Scientists are working to make wind turbines capture carbon dioxide and use it for cement.
Wind turbines have long been one of the main methods of producing clean energy.
And soon, they might be able to offer a dual function in the fight for our planet, by helping to capture carbon dioxide from the air and use it to make materials like concrete.
Carbon capture projects around the world are enjoying meteoric growth, and this new idea may soon be added to the list as researchers have realised that wind turbines could be used to pull greenhouse gases out of the air - and the main advantage wind turbines have, compared to other methods of CO2 removal, is their sheer height.
Simulations developed by researchers at Purdue University (Indiana, US) have been looking at how turbines can drag polluted air into their wake and funnel it into the ground for safe removal. “As large, power-generating wind turbines rotate, they cause turbulence that pulls air down into the wakes behind them”, mechanical engineer Luciano Castillo of Purdue explained to Science News. “It’s an effect that can concentrate carbon dioxide enough to make capture feasible, particularly near large cities”.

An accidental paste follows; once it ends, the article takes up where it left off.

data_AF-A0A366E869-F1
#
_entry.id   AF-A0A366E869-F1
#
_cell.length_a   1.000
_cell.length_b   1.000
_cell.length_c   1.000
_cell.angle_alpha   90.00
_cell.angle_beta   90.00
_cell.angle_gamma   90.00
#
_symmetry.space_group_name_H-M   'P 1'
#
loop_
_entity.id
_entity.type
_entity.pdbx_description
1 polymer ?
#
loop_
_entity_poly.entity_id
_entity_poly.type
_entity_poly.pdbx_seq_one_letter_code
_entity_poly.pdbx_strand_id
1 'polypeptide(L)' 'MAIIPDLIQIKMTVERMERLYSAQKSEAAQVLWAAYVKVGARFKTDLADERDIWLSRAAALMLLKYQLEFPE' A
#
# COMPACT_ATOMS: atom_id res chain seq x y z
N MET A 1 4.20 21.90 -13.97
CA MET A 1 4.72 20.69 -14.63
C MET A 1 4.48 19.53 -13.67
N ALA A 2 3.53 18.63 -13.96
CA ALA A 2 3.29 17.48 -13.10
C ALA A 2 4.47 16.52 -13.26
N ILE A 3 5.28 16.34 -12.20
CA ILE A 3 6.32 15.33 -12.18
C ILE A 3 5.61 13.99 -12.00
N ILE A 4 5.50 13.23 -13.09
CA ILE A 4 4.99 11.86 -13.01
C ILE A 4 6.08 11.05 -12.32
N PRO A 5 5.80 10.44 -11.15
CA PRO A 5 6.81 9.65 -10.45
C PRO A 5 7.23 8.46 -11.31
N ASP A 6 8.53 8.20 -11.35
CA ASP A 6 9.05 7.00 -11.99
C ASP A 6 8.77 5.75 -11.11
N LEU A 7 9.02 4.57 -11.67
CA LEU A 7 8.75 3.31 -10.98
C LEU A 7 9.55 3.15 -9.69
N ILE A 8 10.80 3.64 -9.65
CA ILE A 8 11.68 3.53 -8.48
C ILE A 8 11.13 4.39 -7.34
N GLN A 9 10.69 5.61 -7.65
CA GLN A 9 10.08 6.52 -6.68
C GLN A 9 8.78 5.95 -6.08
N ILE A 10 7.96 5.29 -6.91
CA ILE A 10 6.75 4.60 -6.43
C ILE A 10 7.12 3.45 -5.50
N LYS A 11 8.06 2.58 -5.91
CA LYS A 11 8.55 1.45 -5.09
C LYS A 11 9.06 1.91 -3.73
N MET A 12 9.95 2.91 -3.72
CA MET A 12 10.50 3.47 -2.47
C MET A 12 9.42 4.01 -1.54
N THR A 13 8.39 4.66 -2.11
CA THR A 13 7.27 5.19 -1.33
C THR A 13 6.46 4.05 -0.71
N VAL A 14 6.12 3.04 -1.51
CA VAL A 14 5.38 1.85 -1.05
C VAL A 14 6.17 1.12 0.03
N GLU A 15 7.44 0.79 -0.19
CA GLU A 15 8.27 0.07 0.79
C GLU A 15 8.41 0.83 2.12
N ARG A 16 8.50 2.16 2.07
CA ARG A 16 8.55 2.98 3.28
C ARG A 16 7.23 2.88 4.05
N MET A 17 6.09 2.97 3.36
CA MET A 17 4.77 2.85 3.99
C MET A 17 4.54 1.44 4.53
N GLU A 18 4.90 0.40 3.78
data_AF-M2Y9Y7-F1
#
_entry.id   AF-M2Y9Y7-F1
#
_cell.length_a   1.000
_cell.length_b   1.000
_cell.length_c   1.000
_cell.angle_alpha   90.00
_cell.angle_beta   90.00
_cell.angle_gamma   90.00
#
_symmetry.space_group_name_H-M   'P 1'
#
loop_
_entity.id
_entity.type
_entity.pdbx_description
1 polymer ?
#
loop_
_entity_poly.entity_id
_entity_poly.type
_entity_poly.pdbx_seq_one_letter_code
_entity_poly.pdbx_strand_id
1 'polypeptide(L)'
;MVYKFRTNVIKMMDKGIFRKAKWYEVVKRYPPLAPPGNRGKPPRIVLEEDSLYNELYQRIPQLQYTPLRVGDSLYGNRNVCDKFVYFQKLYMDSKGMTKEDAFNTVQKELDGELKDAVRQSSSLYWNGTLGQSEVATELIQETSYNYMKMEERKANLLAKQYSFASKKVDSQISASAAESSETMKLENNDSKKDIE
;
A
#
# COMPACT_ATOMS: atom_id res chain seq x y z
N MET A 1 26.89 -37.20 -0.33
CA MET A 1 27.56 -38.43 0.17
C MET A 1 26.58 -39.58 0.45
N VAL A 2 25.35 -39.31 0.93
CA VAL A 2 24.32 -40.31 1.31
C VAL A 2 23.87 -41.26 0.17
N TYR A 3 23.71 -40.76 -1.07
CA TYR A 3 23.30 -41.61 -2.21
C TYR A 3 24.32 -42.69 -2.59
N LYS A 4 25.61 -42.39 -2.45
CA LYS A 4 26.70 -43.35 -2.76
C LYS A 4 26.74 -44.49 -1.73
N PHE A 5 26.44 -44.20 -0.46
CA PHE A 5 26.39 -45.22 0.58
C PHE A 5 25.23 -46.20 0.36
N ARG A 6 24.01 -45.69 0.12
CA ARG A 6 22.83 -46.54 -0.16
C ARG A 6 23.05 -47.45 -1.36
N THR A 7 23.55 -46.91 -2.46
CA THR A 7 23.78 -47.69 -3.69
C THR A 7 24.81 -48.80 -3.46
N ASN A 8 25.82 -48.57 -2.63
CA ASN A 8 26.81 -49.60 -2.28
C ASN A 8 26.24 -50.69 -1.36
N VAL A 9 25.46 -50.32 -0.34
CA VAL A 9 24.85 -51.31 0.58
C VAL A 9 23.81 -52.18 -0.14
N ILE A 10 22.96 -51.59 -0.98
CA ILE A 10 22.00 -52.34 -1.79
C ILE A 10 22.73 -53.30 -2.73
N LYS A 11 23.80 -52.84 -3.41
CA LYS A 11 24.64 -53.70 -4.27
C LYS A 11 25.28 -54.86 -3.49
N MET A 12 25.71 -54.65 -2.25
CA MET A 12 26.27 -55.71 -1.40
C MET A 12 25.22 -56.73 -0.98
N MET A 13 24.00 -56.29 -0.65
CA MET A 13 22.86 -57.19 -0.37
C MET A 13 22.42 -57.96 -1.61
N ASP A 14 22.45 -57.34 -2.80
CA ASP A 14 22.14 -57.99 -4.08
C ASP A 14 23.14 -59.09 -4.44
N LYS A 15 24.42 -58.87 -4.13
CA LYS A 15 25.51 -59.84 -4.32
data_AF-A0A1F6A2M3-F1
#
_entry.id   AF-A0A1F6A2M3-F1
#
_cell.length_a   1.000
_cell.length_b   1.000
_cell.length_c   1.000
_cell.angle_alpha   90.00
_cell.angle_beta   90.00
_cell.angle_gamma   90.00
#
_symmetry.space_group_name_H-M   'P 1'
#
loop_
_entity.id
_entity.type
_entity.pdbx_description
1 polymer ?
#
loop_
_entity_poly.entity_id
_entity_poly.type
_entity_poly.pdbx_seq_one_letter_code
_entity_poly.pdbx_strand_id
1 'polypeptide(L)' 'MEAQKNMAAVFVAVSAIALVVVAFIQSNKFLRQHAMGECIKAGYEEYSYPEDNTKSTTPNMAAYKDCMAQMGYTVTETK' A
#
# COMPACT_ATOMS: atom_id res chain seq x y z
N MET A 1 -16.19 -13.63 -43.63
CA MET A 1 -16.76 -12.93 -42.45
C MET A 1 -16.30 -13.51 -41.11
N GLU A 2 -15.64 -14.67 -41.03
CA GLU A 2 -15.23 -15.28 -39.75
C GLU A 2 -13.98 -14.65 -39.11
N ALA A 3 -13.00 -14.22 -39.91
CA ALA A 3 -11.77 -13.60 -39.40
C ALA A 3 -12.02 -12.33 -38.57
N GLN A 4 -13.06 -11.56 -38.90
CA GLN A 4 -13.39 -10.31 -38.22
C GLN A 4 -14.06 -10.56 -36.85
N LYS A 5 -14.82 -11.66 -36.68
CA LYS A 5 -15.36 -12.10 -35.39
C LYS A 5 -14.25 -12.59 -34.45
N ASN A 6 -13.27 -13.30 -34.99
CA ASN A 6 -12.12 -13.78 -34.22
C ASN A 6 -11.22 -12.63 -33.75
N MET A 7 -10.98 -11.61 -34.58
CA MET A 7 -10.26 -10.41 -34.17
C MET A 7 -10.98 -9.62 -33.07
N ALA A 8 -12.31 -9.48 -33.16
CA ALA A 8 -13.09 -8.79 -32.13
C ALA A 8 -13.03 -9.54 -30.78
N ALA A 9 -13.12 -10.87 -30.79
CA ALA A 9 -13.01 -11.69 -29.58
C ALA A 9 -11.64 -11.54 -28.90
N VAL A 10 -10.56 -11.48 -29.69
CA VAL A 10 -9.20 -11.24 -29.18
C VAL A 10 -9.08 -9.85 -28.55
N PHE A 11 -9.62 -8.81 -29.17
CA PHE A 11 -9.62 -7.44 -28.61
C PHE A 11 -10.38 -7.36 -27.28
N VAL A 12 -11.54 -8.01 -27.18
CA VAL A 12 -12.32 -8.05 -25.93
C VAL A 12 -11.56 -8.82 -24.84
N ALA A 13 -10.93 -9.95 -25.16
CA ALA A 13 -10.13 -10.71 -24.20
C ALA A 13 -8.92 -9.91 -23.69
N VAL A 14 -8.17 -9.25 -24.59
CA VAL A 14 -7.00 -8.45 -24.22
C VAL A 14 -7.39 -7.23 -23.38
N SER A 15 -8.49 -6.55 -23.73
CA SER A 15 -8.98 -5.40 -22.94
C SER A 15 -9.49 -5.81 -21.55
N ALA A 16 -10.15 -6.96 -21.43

According to Purdue University, the technology would use a liquid filter system that captures CO2 from the air blown across the wind turbine, and then processed to form calcium carbonate, which could then be used for concrete production and other applications.
The researchers say this technology could have a large impact on “closing the loop” concrete production, which accounts for a whopping 8 percent of global CO2 emissions.